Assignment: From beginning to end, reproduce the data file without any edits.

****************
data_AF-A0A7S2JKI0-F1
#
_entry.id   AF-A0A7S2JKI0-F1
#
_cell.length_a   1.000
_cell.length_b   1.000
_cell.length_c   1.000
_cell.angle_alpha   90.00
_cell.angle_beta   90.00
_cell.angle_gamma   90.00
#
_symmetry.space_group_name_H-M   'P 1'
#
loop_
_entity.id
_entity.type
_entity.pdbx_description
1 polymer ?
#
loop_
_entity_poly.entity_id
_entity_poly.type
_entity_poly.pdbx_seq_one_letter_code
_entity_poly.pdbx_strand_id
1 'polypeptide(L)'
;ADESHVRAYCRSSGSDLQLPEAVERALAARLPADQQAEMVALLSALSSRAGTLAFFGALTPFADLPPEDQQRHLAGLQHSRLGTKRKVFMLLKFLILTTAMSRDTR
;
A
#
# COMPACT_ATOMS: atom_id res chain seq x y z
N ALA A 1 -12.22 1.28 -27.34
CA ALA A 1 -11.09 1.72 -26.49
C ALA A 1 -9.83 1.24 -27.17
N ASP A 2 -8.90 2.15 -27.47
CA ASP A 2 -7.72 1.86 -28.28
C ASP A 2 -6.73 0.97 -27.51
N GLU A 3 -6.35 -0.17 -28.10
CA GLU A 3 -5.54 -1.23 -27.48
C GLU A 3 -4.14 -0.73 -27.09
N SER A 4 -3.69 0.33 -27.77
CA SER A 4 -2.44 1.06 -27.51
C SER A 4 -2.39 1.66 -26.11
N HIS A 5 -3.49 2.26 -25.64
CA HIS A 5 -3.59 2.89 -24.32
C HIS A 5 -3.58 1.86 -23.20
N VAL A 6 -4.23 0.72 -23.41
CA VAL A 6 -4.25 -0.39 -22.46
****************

data_AF-A0A7S2JKI0-F1
#
_entry.id   AF-A0A7S2JKI0-F1
#
_cell.length_a   1.000
_cell.length_b   1.000
_cell.length_c   1.000
_cell.angle_alpha   90.00
_cell.angle_beta   90.00
_cell.angle_gamma   90.00
#
_symmetry.space_group_name_H-M   'P 1'
#
loop_
_entity.id
_entity.type
_entity.pdbx_description
1 polymer ?
#
loop_
_entity_poly.entity_id
_entity_poly.type
_entity_poly.pdbx_seq_one_letter_code
_entity_poly.pdbx_strand_id
1 'polypeptide(L)'
;ADESHVRAYCRSSGSDLQLPEAVERALAARLPADQQAEMVALLSALSSRAGTLAFFGALTPFADLPPEDQQRHLAGLQHSRLGTKRKVFMLLKFLILTTAMSRDTR
;
A
#
# COMPACT_ATOMS: atom_id res chain seq x y z
N ALA A 1 -12.22 1.28 -27.34
CA ALA A 1 -11.09 1.72 -26.49
C ALA A 1 -9.83 1.24 -27.17
N ASP A 2 -8.90 2.15 -27.47
CA ASP A 2 -7.72 1.86 -28.28
C ASP A 2 -6.73 0.97 -27.51
N GLU A 3 -6.35 -0.17 -28.10
CA GLU A 3 -5.54 -1.23 -27.48
C GLU A 3 -4.14 -0.73 -27.09
N SER A 4 -3.69 0.33 -27.77
CA SER A 4 -2.44 1.06 -27.51
C SER A 4 -2.39 1.66 -26.11
N HIS A 5 -3.49 2.26 -25.64
CA HIS A 5 -3.59 2.89 -24.32
C HIS A 5 -3.58 1.86 -23.20
N VAL A 6 -4.23 0.72 -23.41
CA VAL A 6 -4.25 -0.39 -22.46